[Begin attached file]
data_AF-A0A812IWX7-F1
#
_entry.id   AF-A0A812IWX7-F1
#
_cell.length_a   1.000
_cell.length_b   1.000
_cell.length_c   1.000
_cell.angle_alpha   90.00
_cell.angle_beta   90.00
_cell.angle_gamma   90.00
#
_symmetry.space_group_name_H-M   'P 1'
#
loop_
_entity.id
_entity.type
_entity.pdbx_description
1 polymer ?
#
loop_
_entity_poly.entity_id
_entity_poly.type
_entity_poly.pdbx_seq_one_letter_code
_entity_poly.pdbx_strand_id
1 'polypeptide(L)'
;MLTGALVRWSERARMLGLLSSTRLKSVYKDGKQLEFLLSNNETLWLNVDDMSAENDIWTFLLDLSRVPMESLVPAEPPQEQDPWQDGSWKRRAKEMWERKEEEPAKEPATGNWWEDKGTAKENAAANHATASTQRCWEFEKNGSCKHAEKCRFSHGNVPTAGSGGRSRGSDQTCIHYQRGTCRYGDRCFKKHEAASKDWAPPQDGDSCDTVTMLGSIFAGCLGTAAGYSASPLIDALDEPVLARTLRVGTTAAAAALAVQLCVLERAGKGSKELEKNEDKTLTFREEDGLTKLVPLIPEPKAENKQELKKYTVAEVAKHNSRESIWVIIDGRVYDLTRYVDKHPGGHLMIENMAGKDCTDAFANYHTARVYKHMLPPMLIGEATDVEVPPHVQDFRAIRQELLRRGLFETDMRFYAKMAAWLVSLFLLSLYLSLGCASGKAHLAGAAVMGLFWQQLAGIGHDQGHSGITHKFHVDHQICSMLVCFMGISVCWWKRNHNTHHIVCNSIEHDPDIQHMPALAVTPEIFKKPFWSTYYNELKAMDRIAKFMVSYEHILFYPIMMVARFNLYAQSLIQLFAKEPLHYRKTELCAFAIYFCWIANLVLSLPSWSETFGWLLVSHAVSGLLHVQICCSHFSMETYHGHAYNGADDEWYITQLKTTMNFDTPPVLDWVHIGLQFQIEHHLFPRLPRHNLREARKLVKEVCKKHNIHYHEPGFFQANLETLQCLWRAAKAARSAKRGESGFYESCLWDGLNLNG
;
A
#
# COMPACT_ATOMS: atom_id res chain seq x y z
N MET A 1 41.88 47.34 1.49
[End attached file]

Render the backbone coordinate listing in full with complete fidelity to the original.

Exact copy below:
data_AF-A0A812IWX7-F1
#
_entry.id   AF-A0A812IWX7-F1
#
_cell.length_a   1.000
_cell.length_b   1.000
_cell.length_c   1.000
_cell.angle_alpha   90.00
_cell.angle_beta   90.00
_cell.angle_gamma   90.00
#
_symmetry.space_group_name_H-M   'P 1'
#
loop_
_entity.id
_entity.type
_entity.pdbx_description
1 polymer ?
#
loop_
_entity_poly.entity_id
_entity_poly.type
_entity_poly.pdbx_seq_one_letter_code
_entity_poly.pdbx_strand_id
1 'polypeptide(L)'
;MLTGALVRWSERARMLGLLSSTRLKSVYKDGKQLEFLLSNNETLWLNVDDMSAENDIWTFLLDLSRVPMESLVPAEPPQEQDPWQDGSWKRRAKEMWERKEEEPAKEPATGNWWEDKGTAKENAAANHATASTQRCWEFEKNGSCKHAEKCRFSHGNVPTAGSGGRSRGSDQTCIHYQRGTCRYGDRCFKKHEAASKDWAPPQDGDSCDTVTMLGSIFAGCLGTAAGYSASPLIDALDEPVLARTLRVGTTAAAAALAVQLCVLERAGKGSKELEKNEDKTLTFREEDGLTKLVPLIPEPKAENKQELKKYTVAEVAKHNSRESIWVIIDGRVYDLTRYVDKHPGGHLMIENMAGKDCTDAFANYHTARVYKHMLPPMLIGEATDVEVPPHVQDFRAIRQELLRRGLFETDMRFYAKMAAWLVSLFLLSLYLSLGCASGKAHLAGAAVMGLFWQQLAGIGHDQGHSGITHKFHVDHQICSMLVCFMGISVCWWKRNHNTHHIVCNSIEHDPDIQHMPALAVTPEIFKKPFWSTYYNELKAMDRIAKFMVSYEHILFYPIMMVARFNLYAQSLIQLFAKEPLHYRKTELCAFAIYFCWIANLVLSLPSWSETFGWLLVSHAVSGLLHVQICCSHFSMETYHGHAYNGADDEWYITQLKTTMNFDTPPVLDWVHIGLQFQIEHHLFPRLPRHNLREARKLVKEVCKKHNIHYHEPGFFQANLETLQCLWRAAKAARSAKRGESGFYESCLWDGLNLNG
;
A
#
# COMPACT_ATOMS: atom_id res chain seq x y z
N MET A 1 41.88 47.34 1.49